Wherever you stand on this, it seems pretty evident that by the time Elizabeth lay in her grave, the Protestant Church of England was embedded into the daily life of the vast majority of England’s population; and just the passage of time alone if nothing else meant that memories of the old religion had faded away except where specifically kept alive by recusant families. Elizabethan clergy were central to daily life – officiating at Christening, churching of mothers, catechising of children, celebration of the Eucharist, weddings, services for the dead. It’s probable that the relationship between clergy and laity changed somewhat; Protestantism stripped away much of the mystery from the clergy, as did clerical marriage. So the incidence of adultery or complaints of sexual misdemeanors among the clergy, always a problem pre reformation became less of a problem; and Parish priests, often poorer than they had been were probably more embedded in everyday life in things like farming their glebe land, making their literacy services available to their parishioners. Furthermore the tradition of preaching could lead to disputes between vicars and lecturers, and between congregations and their priests. The organisation of the parish ran throughout the society, as I believe we covered in a previous episode on the Parish, number 282 I believe, so just to say that the network of churchwardens and clerks provided another bridge between parishes and the church hierarchy.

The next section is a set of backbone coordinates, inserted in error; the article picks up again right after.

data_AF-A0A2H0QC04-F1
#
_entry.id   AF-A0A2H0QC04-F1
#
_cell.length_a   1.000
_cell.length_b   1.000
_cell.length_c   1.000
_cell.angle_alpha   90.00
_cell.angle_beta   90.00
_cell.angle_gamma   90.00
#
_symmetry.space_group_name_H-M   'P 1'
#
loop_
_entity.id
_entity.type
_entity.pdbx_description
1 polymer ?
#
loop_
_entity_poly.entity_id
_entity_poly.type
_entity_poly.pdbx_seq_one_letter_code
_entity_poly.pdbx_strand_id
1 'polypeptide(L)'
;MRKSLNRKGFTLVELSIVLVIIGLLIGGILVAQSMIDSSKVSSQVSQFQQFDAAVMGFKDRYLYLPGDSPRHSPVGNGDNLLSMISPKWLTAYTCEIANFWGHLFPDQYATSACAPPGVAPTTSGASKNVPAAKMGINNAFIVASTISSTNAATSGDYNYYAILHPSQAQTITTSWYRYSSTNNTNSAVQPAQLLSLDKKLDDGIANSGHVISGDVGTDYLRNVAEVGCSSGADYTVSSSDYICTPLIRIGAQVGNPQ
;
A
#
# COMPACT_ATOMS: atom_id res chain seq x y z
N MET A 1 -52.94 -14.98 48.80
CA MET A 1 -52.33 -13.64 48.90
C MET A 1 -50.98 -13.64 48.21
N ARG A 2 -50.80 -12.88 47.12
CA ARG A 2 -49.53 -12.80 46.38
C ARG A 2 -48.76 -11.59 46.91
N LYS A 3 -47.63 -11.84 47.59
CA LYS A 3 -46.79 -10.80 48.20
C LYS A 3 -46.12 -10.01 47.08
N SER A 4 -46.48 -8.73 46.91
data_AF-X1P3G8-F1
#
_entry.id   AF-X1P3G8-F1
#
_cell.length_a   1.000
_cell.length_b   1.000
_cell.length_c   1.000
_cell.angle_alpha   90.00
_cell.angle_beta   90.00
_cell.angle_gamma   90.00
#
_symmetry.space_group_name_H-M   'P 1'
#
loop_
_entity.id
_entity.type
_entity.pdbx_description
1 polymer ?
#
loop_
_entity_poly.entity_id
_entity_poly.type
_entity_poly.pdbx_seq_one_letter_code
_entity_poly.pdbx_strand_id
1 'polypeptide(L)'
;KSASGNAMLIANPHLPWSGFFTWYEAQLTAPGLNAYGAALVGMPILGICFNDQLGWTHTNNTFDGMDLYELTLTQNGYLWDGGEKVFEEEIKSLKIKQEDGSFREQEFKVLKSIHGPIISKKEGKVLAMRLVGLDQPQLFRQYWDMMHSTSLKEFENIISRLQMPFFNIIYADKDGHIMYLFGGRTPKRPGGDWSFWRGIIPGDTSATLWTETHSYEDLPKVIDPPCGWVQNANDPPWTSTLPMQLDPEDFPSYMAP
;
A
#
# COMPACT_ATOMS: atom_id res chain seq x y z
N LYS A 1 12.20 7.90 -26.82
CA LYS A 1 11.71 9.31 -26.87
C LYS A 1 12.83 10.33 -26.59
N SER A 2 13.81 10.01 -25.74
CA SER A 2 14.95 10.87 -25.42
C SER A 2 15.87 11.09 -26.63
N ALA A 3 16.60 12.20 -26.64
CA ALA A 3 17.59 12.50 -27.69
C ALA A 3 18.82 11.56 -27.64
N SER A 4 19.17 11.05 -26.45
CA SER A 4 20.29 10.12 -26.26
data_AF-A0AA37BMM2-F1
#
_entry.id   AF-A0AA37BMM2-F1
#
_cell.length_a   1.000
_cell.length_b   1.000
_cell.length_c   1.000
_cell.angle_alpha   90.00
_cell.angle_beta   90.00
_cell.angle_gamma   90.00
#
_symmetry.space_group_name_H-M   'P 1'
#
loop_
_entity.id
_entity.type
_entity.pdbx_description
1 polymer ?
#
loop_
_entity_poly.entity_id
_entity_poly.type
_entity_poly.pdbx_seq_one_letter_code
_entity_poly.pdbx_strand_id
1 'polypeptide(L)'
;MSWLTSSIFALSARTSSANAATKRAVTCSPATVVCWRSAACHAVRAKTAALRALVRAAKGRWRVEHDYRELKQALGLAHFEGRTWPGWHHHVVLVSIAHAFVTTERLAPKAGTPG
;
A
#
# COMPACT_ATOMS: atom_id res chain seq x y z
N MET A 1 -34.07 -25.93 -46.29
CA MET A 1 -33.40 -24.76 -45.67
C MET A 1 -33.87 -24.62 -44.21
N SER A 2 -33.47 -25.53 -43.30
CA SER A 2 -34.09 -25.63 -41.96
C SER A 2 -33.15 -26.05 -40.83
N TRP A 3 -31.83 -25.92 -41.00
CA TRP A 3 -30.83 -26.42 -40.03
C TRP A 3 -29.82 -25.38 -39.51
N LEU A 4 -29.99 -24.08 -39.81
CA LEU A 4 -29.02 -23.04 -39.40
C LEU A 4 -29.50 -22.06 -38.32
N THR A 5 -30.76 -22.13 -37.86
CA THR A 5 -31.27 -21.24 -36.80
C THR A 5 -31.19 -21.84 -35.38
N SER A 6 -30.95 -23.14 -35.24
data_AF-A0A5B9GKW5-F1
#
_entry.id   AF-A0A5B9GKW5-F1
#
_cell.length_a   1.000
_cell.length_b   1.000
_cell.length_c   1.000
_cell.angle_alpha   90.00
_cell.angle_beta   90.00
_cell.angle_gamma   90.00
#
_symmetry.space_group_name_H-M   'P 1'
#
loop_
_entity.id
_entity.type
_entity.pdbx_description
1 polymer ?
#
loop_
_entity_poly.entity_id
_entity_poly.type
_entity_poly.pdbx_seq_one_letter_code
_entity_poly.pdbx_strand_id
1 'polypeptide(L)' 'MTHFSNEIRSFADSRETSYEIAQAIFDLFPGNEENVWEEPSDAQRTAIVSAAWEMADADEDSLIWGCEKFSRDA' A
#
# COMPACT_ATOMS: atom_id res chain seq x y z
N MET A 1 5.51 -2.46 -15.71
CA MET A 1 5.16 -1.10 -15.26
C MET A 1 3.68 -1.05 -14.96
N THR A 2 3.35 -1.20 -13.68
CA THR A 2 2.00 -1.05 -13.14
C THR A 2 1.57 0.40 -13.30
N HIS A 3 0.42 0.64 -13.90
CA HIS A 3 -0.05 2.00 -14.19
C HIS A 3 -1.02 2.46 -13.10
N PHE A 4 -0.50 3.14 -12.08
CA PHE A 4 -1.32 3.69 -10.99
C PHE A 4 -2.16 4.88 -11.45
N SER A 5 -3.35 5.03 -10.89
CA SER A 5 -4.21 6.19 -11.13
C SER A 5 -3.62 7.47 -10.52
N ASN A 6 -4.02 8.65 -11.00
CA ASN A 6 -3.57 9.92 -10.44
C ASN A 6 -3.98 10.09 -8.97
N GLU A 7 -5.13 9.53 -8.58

I should at this point then mention one further character of the Elizabethan church, which I really suspect I should have heard of much more than I have. Richard Hooker was born in 1554 in Exeter to a not very well off family, although with connections. He went to Exeter grammar school, and there his career might have ended had it not been for the sponsorship of Bishop John Jewel, who helped Hooker make it to Oxford University. Why, I hear you ask, do I mention Richard Hooker. Well, Hooker produced the works of theology called Of the Lawes of Ecclesiasticall Politie; it was not a brief introduction to his subject – 8 books were published, several posthumously and therefore open to come debate about their authorship. Hooker’s work formed the intellectual and theoretical backbone to the Elizabethan settlement, and he became the intellectual father of What became known as Anglicanism; he was described by two historians as ‘par excellence the apologist of the Elizabethan Settlement of 1559 and perhaps the most accomplished advocate that Anglicanism has ever had’. In assessing his work he seems to have found both favour and disapprobation from pretty much everyone, though by Victorian days he had become enthroned as unchallengable; obviously nobody remained unchallengable in the 20th century, but none the less he remains at the heart of the doctrine of Anglicanism.